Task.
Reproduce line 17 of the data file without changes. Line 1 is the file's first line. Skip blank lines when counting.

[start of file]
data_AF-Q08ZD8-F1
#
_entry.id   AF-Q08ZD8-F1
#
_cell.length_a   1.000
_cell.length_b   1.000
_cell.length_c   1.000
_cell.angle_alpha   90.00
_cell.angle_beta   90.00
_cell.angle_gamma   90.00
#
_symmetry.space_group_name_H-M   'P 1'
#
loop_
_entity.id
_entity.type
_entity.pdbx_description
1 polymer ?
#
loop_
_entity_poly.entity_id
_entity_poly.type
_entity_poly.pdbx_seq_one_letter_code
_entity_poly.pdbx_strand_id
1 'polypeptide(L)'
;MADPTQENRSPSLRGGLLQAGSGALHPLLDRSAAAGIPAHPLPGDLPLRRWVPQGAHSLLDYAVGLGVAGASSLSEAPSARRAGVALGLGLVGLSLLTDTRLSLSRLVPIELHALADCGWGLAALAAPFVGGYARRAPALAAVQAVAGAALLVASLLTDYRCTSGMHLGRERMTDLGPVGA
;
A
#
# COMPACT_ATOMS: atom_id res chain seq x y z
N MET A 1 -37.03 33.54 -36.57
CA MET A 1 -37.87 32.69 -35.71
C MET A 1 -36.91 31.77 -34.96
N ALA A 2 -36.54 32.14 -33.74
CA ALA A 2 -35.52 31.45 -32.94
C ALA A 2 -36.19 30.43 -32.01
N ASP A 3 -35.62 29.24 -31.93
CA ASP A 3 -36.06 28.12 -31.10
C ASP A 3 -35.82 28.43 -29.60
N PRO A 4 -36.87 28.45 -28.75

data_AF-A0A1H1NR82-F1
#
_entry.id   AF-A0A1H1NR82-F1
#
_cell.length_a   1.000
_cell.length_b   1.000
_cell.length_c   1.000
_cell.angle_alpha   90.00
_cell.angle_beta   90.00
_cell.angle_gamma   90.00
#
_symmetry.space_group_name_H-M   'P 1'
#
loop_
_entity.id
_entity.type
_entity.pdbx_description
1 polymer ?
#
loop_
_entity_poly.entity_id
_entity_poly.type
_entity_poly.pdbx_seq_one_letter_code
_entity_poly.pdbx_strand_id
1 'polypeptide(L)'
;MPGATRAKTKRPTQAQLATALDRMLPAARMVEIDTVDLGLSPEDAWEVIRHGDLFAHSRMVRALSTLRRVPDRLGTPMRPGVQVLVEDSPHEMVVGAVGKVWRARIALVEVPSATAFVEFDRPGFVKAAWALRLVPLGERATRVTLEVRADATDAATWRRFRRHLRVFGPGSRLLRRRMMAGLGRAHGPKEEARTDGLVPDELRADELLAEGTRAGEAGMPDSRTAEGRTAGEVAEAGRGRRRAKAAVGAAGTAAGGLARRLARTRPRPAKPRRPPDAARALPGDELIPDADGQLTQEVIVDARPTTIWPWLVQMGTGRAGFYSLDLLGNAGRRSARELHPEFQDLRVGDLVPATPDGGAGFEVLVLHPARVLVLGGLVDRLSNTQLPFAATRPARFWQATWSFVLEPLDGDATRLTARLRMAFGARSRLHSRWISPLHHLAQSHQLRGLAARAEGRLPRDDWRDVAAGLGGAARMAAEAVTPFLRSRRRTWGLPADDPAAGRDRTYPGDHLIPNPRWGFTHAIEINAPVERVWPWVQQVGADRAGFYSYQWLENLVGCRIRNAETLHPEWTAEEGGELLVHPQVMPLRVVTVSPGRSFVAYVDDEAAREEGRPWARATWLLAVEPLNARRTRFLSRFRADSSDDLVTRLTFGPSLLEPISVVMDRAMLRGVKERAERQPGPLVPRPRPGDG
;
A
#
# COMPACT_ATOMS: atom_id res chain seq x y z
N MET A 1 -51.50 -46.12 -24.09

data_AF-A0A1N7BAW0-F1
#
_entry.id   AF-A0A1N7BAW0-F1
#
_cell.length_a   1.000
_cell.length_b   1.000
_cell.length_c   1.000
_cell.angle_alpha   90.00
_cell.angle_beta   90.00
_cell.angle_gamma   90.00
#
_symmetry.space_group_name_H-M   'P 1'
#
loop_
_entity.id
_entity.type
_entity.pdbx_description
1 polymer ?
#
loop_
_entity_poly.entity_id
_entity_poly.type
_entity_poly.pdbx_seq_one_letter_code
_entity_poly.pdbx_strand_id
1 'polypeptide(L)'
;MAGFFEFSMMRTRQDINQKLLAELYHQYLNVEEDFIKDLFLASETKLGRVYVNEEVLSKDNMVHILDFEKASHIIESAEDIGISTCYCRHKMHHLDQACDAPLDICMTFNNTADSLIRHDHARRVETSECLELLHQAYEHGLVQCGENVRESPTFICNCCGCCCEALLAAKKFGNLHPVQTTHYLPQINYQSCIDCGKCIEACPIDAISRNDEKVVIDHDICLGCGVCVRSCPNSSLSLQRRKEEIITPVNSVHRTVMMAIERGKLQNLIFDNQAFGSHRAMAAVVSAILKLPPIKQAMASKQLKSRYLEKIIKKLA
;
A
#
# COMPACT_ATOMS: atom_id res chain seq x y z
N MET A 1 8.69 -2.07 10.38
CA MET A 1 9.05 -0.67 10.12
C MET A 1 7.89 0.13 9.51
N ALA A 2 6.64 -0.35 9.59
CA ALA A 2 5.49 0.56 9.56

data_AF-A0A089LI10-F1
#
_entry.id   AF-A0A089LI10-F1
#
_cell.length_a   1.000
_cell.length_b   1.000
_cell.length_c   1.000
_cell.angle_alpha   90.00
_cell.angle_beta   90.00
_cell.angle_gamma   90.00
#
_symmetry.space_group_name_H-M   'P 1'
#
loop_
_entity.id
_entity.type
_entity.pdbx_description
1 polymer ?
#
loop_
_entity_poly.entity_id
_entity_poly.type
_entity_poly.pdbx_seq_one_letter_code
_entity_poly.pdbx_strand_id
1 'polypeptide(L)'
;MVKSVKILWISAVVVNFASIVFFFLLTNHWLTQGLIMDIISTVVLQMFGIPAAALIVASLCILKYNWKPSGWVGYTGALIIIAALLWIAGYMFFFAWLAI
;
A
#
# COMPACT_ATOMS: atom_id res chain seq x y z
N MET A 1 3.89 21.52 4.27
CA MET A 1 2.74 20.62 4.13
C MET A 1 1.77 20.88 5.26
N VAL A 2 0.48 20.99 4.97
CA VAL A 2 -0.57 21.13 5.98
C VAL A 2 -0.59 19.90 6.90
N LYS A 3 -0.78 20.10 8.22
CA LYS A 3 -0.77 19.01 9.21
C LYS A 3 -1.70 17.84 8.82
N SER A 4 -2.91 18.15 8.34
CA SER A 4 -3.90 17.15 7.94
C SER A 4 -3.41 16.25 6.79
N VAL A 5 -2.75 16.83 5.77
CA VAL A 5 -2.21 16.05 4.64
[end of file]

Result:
_entity.pdbx_description